A record drought in the Fertile Crescent between 2006 and 2010 was likely driven by climate change, helping to trigger the Syrian civil war and the rise of the Islamic State of Iraq and the Levant (ISIL), according to a study published this week in the Proceedings of the National Academy of Sciences.
“While we’re not saying the drought caused the war, we are saying that it certainly contributed to other factors—agricultural collapse and mass migration among them—that caused the uprising,” said UCSB post-doctoral researcher Colin Kelley.
Like this story? Subscribe to The Energy Mix and never miss an edition of our free e-digest.
Kelley’s research at Columbia University determined that “the drought—the worst ever recorded in the region —destroyed agriculture in northern Syria’s breadbasket, driving dispossessed farmers to cities, where poverty, government mismanagement, and other factors created unrest that exploded in spring 2011,” UCSB notes. “The conflict has since evolved into a complex multinational war that has killed at least 200,000 people and displaced millions.”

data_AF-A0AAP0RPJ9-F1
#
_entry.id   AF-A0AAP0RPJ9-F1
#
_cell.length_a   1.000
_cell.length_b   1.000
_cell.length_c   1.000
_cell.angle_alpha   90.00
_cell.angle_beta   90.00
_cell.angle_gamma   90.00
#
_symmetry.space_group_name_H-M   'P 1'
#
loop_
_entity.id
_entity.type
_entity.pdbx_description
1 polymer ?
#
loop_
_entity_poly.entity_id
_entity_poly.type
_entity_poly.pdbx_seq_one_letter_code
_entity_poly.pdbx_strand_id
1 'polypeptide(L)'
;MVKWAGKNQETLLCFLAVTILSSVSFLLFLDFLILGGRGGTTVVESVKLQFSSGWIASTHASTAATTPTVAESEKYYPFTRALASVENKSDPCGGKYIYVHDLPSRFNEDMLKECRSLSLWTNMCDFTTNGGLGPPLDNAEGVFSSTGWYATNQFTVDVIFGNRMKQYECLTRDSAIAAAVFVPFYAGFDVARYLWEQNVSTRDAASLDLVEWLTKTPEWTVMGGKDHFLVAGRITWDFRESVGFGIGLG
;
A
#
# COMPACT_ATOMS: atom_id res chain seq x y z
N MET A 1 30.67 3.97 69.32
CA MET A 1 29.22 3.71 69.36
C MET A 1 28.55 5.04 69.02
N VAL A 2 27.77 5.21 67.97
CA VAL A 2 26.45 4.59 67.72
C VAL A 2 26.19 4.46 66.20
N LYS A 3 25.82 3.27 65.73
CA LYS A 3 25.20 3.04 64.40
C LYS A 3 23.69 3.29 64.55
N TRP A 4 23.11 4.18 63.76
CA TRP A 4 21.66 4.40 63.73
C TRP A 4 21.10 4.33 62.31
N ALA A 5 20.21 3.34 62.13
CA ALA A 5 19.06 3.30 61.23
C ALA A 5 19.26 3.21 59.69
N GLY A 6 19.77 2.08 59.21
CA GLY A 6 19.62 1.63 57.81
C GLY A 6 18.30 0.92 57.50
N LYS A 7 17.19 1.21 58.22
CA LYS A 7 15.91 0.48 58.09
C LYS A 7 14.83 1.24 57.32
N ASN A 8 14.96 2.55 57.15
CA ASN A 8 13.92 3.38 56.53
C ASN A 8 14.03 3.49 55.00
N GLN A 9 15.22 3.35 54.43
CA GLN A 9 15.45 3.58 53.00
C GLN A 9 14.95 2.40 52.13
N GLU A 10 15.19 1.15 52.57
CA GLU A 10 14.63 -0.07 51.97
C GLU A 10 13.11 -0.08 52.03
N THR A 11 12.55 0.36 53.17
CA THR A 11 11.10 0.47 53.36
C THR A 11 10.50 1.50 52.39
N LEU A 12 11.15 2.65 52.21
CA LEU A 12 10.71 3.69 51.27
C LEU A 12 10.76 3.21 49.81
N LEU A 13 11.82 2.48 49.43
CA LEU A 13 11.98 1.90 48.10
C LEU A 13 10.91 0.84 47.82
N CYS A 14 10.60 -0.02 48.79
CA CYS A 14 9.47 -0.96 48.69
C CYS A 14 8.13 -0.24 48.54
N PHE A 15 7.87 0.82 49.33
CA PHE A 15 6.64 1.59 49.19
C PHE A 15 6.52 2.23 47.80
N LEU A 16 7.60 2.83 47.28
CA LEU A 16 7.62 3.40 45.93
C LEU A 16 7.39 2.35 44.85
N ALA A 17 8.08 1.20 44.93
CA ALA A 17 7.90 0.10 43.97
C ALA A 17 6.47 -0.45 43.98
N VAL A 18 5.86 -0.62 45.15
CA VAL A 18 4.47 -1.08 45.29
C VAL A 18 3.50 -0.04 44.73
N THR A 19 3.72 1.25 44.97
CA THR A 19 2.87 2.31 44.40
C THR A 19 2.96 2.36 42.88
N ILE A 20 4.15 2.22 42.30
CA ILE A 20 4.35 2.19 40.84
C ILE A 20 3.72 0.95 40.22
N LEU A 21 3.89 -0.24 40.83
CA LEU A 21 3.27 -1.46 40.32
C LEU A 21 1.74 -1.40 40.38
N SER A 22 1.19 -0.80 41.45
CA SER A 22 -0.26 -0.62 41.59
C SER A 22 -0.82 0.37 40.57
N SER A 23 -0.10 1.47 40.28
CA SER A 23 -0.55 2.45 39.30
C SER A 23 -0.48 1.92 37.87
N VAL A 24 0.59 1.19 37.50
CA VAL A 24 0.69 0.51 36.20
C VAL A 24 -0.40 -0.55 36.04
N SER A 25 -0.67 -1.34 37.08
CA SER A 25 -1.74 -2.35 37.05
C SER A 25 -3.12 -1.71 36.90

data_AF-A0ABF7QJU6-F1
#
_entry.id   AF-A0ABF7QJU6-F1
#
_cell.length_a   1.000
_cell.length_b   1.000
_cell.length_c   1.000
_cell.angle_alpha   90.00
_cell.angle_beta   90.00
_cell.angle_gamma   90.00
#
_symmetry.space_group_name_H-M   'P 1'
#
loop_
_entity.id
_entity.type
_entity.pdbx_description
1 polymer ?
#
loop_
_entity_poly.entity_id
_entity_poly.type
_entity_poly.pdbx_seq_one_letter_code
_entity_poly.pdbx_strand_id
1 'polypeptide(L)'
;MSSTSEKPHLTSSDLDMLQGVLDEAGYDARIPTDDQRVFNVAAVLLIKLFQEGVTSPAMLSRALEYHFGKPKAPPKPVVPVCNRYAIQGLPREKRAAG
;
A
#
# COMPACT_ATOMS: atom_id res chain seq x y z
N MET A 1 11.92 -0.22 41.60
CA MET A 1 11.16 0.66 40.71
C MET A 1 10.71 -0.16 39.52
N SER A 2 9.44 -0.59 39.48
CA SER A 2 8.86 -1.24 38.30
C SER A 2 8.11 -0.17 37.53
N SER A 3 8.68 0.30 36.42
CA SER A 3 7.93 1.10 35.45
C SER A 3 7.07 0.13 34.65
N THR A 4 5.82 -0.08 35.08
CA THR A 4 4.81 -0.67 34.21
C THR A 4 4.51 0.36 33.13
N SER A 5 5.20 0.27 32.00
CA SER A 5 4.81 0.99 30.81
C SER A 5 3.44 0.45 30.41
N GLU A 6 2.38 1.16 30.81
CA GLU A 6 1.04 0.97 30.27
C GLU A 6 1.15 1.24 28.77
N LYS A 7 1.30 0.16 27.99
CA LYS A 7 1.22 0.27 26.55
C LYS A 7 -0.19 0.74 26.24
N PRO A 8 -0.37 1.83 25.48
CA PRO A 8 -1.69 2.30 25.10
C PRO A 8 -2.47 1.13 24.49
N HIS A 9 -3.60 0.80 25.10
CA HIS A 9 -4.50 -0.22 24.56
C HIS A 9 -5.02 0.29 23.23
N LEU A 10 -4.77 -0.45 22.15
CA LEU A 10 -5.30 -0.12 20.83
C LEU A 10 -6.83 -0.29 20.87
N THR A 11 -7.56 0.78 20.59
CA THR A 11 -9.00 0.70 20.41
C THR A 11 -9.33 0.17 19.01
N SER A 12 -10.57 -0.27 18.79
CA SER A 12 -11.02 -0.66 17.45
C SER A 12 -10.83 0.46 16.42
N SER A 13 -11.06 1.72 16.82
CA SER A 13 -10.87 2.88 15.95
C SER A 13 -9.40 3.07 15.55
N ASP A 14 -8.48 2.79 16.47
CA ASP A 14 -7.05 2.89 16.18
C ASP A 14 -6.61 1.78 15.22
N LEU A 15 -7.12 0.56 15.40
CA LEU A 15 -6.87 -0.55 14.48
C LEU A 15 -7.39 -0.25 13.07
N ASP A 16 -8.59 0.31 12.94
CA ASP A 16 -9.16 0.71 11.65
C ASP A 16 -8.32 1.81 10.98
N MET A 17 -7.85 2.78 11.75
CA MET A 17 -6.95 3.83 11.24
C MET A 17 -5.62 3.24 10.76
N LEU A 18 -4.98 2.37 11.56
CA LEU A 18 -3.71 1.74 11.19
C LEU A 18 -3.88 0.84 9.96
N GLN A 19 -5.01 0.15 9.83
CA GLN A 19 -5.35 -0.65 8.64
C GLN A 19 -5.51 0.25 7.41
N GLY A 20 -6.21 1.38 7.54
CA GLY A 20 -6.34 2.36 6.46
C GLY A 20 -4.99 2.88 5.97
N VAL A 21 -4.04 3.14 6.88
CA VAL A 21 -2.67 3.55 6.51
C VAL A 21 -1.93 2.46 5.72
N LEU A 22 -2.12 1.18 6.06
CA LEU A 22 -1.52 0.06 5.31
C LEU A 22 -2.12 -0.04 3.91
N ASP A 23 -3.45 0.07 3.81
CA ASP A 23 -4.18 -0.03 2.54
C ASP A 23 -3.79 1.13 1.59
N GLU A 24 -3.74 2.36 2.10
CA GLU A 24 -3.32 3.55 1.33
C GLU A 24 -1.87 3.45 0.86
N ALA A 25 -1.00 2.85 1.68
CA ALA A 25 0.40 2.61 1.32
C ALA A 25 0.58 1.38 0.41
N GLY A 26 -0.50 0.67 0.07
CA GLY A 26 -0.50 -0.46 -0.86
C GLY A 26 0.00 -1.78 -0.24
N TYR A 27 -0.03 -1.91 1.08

The region has warmed by 1 to 1.2ºC (2.1ºF) since 1900, and has lost about 10% of its precipitation during the wet season.
“One of the things we tried to show in this paper is that there were very significant trends, not only precipitation, but also in temperature and sea level pressure,” Kelley said. “The long-term precipitation trend tended to make multi-year droughts, which occur naturally in this area from time to time, much more severe, and explains why this recent drought was the most severe during the preserved record.” (h/t to Think Progress  for first pointing us to this story)